US 4003500 A
This invention relates to a metering device for use in a developing apparatus operating on the electrostatic imaging principle, which comprises a plurality of chamber means movable into a developer cycle, and means for filling said chamber means with a developer liquid comprising a high resistance liquid phase and a fine-grained solid phase.
1. A developing apparatus for use in a copier operating on the electrostatic imaging principle, which apparatus comprises means defining a developer flow path including pump means for circulating, around the path, a developer fluid composed of a high-resistance liquid phase with a finely-divided solid toner phase dispersed therein, of which solid toner phase the developer fluid is depleted during operation,
metering means comprising a plurality of chambers for containing a solids toner concentrate for replenishing the developer,
means whereby in a fluid-tight manner each chamber can be consecutively introduced, when desired, as a section of said path, thereby entering the contents of any introduced chamber into a developer fluid,
and filling means mounted above the metering means for filling said chambers with said solids toner concentrate.
2. An apparatus as claimed in claim 1, in which each chamber is formed from a borehole in a disc adapted to be rotated in a fluid-tight manner between said filling means for said chamber and a station in which said chamber forms a section of said developer flow path.
3. An apparatus as claimed in claim 1, in which each chamber is formed from a borehole in a bar adapted to be moved longitudinally in a fluid-tight manner between said filling means for said chamber and a station in which said chamber forms a section of said developer fluid path.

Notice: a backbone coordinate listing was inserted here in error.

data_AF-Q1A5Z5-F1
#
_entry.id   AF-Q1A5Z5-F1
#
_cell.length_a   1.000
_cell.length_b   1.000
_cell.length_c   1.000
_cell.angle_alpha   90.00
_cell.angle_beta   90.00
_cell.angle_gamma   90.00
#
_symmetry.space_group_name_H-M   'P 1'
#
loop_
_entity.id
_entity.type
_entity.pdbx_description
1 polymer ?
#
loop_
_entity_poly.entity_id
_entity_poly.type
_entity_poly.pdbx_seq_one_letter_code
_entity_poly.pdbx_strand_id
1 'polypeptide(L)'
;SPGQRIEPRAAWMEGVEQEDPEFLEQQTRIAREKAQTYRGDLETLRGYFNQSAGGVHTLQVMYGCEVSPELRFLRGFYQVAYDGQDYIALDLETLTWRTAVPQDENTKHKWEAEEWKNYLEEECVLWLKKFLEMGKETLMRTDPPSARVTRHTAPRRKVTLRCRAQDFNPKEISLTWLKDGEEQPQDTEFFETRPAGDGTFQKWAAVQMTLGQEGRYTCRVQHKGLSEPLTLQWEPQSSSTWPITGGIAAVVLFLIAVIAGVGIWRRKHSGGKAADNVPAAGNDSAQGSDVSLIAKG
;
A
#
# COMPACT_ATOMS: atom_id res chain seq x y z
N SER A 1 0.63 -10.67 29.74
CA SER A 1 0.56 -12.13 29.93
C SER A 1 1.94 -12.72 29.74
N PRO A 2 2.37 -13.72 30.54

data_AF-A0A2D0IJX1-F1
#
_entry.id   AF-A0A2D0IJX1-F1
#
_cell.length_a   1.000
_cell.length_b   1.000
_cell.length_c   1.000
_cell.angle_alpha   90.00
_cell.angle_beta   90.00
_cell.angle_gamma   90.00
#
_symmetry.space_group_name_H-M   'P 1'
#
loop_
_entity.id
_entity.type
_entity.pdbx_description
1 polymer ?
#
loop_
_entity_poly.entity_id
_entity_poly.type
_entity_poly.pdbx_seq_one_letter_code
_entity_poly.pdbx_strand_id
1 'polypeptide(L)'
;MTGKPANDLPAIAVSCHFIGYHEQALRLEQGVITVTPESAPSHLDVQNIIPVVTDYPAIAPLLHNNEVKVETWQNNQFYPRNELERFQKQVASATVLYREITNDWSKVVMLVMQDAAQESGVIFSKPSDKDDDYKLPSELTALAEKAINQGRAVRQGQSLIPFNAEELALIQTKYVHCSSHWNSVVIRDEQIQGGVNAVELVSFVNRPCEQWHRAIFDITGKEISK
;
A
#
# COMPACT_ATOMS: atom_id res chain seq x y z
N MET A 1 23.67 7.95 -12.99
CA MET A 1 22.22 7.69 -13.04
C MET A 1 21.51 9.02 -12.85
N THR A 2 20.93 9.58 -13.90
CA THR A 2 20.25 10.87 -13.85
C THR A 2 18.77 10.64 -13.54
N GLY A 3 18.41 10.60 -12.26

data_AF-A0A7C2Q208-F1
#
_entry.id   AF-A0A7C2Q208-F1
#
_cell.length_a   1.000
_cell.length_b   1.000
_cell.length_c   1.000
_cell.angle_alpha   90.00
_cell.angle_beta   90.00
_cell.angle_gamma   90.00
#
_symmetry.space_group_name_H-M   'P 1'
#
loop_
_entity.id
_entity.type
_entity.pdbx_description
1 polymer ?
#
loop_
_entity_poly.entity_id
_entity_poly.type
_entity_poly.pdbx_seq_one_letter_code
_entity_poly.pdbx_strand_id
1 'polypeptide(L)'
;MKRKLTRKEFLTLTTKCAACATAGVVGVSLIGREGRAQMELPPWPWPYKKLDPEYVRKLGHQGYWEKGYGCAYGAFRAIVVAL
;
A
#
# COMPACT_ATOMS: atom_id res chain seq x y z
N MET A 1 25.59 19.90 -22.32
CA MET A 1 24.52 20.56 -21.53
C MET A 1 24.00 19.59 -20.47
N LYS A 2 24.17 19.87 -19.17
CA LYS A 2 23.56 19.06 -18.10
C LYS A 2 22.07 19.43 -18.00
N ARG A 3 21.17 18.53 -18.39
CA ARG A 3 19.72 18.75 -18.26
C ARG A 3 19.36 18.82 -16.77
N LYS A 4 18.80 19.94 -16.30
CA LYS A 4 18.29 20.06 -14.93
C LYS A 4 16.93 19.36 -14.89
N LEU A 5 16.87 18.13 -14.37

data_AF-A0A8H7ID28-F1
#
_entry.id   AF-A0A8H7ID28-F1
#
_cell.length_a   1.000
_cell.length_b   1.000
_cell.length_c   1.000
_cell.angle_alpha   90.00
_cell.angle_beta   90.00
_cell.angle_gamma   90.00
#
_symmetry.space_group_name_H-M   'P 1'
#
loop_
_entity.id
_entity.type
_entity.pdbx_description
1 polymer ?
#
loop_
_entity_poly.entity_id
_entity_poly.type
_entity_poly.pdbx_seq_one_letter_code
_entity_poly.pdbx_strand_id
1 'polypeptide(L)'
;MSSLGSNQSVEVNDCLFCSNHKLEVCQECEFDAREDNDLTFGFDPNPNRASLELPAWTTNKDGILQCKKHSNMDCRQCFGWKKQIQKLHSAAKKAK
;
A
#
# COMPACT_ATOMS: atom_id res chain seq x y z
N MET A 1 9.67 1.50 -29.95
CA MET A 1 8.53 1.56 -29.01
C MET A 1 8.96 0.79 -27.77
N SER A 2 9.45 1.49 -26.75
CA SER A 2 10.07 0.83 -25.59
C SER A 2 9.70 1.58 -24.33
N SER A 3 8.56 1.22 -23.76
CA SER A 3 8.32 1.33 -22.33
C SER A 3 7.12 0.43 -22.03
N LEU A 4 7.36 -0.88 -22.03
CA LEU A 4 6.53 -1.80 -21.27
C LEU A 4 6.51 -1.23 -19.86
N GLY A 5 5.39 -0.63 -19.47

4. An apparatus as claimed in claim 1, in which the said filling means is dimensioned to hold at least sufficient solids toner concentrate to fill all of the chambers.
5. An apparatus as claimed in claim 1, including, for any chamber, an interchangeable bushing means for insertion into the chamber to vary the volume thereof.
This is a continuation of application Ser. No. 213,041, filed Dec. 28, 1971, now abandoned.
This invention relates to a developing apparatus for use in a copier operating according to the electrostatic imaging principle, in which a developer liquid is circulated, by pumping, which consists of a high-resistance liquid phase and a fine-grained solid phase dispersed therein, of which latter the developer is depleted during operation.
Developing systems of this type are known. For supplying the solids concentrate, and especially for re-filling, small storage containers are used with such systems, which are manually shaken for homogenization before filling the mixture into the machine. Further, it is known to achieve uniform development by replacing the developer tank together with the developer depleted of the solid phase, i.e. by using so-called disposable containers.